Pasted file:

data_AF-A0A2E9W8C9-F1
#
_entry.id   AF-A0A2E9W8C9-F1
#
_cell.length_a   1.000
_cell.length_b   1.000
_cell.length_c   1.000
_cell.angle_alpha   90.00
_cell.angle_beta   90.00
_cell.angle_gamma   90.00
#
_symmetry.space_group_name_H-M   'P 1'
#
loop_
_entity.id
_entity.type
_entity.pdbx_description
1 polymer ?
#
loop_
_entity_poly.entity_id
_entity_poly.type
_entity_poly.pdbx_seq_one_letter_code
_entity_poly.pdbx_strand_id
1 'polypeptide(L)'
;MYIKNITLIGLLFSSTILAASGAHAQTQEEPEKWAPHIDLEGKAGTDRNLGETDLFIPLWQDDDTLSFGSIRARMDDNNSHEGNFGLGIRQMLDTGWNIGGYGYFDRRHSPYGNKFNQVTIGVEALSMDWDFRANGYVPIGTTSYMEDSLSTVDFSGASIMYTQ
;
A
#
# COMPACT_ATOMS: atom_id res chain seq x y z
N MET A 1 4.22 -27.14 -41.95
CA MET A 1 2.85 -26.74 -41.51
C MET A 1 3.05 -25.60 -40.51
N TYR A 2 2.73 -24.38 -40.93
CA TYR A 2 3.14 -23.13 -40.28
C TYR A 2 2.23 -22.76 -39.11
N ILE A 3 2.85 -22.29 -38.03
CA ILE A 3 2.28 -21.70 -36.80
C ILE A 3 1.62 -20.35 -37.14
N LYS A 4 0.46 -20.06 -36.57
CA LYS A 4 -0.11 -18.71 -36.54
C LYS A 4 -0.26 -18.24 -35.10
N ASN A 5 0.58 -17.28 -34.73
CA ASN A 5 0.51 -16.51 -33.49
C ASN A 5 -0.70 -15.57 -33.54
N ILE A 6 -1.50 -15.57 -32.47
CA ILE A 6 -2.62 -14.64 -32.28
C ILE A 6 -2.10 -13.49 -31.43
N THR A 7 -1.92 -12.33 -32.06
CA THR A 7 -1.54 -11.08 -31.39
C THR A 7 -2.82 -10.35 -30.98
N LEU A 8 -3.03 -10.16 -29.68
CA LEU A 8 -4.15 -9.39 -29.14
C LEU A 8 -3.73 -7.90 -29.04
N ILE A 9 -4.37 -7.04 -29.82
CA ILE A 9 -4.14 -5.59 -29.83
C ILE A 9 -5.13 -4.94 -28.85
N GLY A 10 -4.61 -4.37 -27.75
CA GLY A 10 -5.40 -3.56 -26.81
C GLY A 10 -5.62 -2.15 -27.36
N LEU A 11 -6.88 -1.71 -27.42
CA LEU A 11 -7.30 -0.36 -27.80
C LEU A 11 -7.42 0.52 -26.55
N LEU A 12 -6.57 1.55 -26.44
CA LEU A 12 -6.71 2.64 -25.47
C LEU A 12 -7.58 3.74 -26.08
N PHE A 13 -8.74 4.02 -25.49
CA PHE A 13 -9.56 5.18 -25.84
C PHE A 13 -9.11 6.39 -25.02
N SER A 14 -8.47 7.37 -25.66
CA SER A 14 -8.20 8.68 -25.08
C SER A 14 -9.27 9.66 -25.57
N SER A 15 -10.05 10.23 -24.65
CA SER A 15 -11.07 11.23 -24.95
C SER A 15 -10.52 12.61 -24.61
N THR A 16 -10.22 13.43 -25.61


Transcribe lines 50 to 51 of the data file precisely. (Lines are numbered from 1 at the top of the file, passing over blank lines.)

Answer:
CA THR A 7 -1.54 -11.08 -31.39
C THR A 7 -2.82 -10.35 -30.98